By Saheed Ibrahim,
A disability activist, Vivian Ezeonwumelu, has advocated for inclusive education catering for the educational needs of children with albinism.
Ezeonwumelu lamented that children with albinism face several educational challenges, negatively affecting their education and general well-being but these the challenges were not considered in schools and the Nigerian education system.
“Children with albinism are not given enough time or patience to capture what they see on the whiteboard or blackboard by the teachers. This brings about learning disability in the children.
“There is also stigmatisation among their peers and even parents. With the rising learning disability, the children can repeat classes, and this affects the kids.
“In some cases, some parents who can’t afford quality education withdraw their children from school and say those who are intelligent should attend school.
“Another challenge is the skin cancer issue. When a child with albinism has health challenges, they cannot go to school, and no one seems to care about that.
“For instance, a child with albinism can suffer skin cancer, preventing them from going to school. This will affect education, and they may have to repeat classes.“Some that are done with school even face employment challenges, and the society stigmatises them because of their skin colour,” she explained.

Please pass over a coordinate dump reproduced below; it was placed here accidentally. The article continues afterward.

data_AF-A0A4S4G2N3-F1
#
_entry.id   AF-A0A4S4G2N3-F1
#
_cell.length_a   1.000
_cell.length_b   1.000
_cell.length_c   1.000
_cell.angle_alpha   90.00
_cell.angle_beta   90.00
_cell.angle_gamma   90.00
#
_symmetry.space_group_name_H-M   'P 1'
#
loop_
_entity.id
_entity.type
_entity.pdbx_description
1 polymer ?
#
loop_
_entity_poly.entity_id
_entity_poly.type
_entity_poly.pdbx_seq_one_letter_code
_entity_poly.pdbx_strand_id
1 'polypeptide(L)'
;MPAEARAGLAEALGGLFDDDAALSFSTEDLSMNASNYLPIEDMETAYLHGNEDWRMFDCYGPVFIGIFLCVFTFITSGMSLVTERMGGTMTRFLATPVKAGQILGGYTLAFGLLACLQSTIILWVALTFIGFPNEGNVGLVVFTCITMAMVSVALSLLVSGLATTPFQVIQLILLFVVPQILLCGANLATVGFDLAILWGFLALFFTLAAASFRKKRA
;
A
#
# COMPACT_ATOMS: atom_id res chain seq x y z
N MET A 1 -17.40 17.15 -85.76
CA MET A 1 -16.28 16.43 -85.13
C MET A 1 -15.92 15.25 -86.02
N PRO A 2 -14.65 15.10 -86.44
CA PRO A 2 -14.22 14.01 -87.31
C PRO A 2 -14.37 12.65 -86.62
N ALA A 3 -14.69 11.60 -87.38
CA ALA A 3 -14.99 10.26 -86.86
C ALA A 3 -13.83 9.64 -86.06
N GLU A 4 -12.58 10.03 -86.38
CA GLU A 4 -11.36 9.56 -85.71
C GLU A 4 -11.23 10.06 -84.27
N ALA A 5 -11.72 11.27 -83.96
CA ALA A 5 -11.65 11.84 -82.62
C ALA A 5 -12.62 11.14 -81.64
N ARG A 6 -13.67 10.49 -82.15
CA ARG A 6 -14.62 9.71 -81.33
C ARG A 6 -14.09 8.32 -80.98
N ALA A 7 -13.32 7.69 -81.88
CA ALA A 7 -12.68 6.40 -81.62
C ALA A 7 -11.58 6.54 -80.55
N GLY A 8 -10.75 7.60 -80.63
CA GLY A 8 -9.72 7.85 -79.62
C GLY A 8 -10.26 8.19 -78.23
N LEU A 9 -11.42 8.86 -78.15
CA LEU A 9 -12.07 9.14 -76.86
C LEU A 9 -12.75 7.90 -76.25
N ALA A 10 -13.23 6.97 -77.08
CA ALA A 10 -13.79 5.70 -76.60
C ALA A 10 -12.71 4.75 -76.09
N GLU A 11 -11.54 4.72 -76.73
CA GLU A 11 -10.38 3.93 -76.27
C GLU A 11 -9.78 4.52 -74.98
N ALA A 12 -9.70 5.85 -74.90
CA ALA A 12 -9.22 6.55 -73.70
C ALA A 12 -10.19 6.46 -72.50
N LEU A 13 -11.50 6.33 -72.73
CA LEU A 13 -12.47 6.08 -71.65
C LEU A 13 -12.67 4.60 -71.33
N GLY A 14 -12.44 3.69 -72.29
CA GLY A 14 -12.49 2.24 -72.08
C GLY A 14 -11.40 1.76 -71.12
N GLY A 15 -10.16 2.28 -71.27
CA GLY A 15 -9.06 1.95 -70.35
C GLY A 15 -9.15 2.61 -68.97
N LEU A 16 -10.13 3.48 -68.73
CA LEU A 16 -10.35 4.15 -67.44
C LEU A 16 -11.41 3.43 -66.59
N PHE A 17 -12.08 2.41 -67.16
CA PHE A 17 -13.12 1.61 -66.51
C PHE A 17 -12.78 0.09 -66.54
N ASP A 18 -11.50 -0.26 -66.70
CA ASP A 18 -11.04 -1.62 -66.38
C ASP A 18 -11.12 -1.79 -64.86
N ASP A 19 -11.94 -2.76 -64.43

Giving recommendations, the Mandela Washington Fellow suggested that government should follow in the footsteps of countries providing special care for children with albinism.
“There are some policies that the government must implement to assist children with albinism.“Schools should allow children with albinism to wear hats to school. The hats will protect them against sun rays.“
They must be allowed to wear long sleeves to school, and they should be provided with sunscreens to protect their sight, umbrellas, lip balm and other items to aid their learning.
The disability activist also recommended training teachers to handle children with albinism and planting trees in schools to create shades for the students to play under in other to facilitate an inclusive and conducive education system for children with albinism.